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I'm trying to figure out the effectiveness of using a CDN versus hosting images locally. Assuming that our load is such that serving an image or javascript file from the same server that is hosting the HTML content will not be any slower when compared against using a CDN, at what point does locality take effect?

My understanding of how a CDN works is that one request goes to the main CDN site for the file. This site only routes requests, so it issues a redirect to the other webserver that is (in theory) closer to the user making the request.

However, the overhead of 2 HTTP requests and 2 connections could actually add overhead compared to one request that suffers greater latency.

My question is, does anyone have any numbers or articles regarding at what file size decreased latency makes a big difference, and makes it an obvious choice to switch to a CDN?

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2 Answers 2

up vote 3 down vote accepted

Based on Yahoo's YSlow tool and any tests I've done, splitting across hosts for images, css, and javascript is a great idea and improves speed.

In addition, if you can manage it, serving up your static content from a domain that doesn't serve up cookies will also add a speed boost.

From the Yahoo developer help section for YSlow:

"Remember that 80-90% of the end-user response time is spent downloading all the components in the page: images, stylesheets, scripts, Flash, etc. This is the Performance Golden Rule. Rather than starting with the difficult task of redesigning your application architecture, it's better to first disperse your static content. This not only achieves a bigger reduction in response times, but it's easier thanks to content delivery networks."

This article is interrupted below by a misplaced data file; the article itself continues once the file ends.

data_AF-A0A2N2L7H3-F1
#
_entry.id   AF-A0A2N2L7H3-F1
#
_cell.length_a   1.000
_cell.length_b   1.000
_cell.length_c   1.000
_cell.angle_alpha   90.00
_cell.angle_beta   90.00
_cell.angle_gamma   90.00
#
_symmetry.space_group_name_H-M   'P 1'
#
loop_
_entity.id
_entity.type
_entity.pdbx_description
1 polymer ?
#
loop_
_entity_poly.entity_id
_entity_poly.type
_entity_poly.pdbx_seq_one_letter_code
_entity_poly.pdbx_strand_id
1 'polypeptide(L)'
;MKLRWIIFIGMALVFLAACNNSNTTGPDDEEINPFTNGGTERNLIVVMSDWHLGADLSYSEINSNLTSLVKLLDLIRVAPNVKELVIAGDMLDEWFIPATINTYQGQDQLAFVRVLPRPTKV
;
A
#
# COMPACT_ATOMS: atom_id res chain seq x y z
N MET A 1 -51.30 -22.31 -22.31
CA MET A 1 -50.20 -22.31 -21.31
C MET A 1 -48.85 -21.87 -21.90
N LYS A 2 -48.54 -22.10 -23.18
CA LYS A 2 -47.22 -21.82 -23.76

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Thanks for the answer. Cookies are something I would have never thought about. – NilObject Mar 16 '09 at 16:08

'at what point does locality take effect?' It very much depends on your traffic patterns. It might be that you host in country X and the majority of your customers are there too. A CDN might not be the right answer - you might want a robust caching tier in front of your application instead.

CDNs can provide in-country benefits such as better connection handling, reducing connections/requests/bandwidth to your origin, TCP optimization, DDoS protection, in addition to caching (which you've not mentioned in the original question). But it all depends on what you're willing to pay...

The further from your origin clients are, the more pronounced the benefits the CDN provides. And this will be the same whether the files are small or large.

Try some real world tests with a pay as you go CDN and see what happens.

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